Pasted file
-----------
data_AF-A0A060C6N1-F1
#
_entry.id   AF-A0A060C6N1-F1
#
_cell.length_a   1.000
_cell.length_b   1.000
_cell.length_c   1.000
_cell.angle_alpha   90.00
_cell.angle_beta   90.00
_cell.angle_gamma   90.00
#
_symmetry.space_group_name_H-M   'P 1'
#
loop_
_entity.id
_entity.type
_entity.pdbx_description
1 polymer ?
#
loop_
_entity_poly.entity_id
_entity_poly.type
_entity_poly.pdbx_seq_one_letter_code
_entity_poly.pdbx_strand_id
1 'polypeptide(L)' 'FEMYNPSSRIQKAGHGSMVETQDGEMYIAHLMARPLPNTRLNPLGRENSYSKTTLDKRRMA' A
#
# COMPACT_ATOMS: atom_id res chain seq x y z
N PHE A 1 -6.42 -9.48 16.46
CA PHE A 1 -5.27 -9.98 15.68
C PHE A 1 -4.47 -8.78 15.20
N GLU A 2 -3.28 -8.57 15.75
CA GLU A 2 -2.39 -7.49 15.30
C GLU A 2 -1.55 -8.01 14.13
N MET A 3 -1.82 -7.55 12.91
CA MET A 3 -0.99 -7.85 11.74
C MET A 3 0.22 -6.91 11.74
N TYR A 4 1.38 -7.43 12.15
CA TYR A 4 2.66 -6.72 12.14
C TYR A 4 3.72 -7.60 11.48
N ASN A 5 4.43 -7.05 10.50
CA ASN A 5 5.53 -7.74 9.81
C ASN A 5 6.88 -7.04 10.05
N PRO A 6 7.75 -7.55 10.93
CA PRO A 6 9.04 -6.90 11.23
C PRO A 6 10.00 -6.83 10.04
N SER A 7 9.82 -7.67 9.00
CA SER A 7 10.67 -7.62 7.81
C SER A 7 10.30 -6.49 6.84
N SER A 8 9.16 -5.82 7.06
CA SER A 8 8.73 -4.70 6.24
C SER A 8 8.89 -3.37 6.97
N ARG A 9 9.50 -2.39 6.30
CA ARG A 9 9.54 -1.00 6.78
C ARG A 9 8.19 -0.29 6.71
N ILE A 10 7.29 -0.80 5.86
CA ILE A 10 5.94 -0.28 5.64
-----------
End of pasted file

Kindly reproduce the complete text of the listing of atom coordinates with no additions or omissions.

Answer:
data_AF-A0A060C6N1-F1
#
_entry.id   AF-A0A060C6N1-F1
#
_cell.length_a   1.000
_cell.length_b   1.000
_cell.length_c   1.000
_cell.angle_alpha   90.00
_cell.angle_beta   90.00
_cell.angle_gamma   90.00
#
_symmetry.space_group_name_H-M   'P 1'
#
loop_
_entity.id
_entity.type
_entity.pdbx_description
1 polymer ?
#
loop_
_entity_poly.entity_id
_entity_poly.type
_entity_poly.pdbx_seq_one_letter_code
_entity_poly.pdbx_strand_id
1 'polypeptide(L)' 'FEMYNPSSRIQKAGHGSMVETQDGEMYIAHLMARPLPNTRLNPLGRENSYSKTTLDKRRMA' A
#
# COMPACT_ATOMS: atom_id res chain seq x y z
N PHE A 1 -6.42 -9.48 16.46
CA PHE A 1 -5.27 -9.98 15.68
C PHE A 1 -4.47 -8.78 15.20
N GLU A 2 -3.28 -8.57 15.75
CA GLU A 2 -2.39 -7.49 15.30
C GLU A 2 -1.55 -8.01 14.13
N MET A 3 -1.82 -7.55 12.91
CA MET A 3 -0.99 -7.85 11.74
C MET A 3 0.22 -6.91 11.74
N TYR A 4 1.38 -7.43 12.15
CA TYR A 4 2.66 -6.72 12.14
C TYR A 4 3.72 -7.60 11.48
N ASN A 5 4.43 -7.05 10.50
CA ASN A 5 5.53 -7.74 9.81
C ASN A 5 6.88 -7.04 10.05
N PRO A 6 7.75 -7.55 10.93
CA PRO A 6 9.04 -6.90 11.23
C PRO A 6 10.00 -6.83 10.04
N SER A 7 9.82 -7.67 9.00
CA SER A 7 10.67 -7.62 7.81
C SER A 7 10.30 -6.49 6.84
N SER A 8 9.16 -5.82 7.06
CA SER A 8 8.73 -4.70 6.24
C SER A 8 8.89 -3.37 6.97
N ARG A 9 9.50 -2.39 6.30
CA ARG A 9 9.54 -1.00 6.78
C ARG A 9 8.19 -0.29 6.71
N ILE A 10 7.29 -0.80 5.86
CA ILE A 10 5.94 -0.28 5.64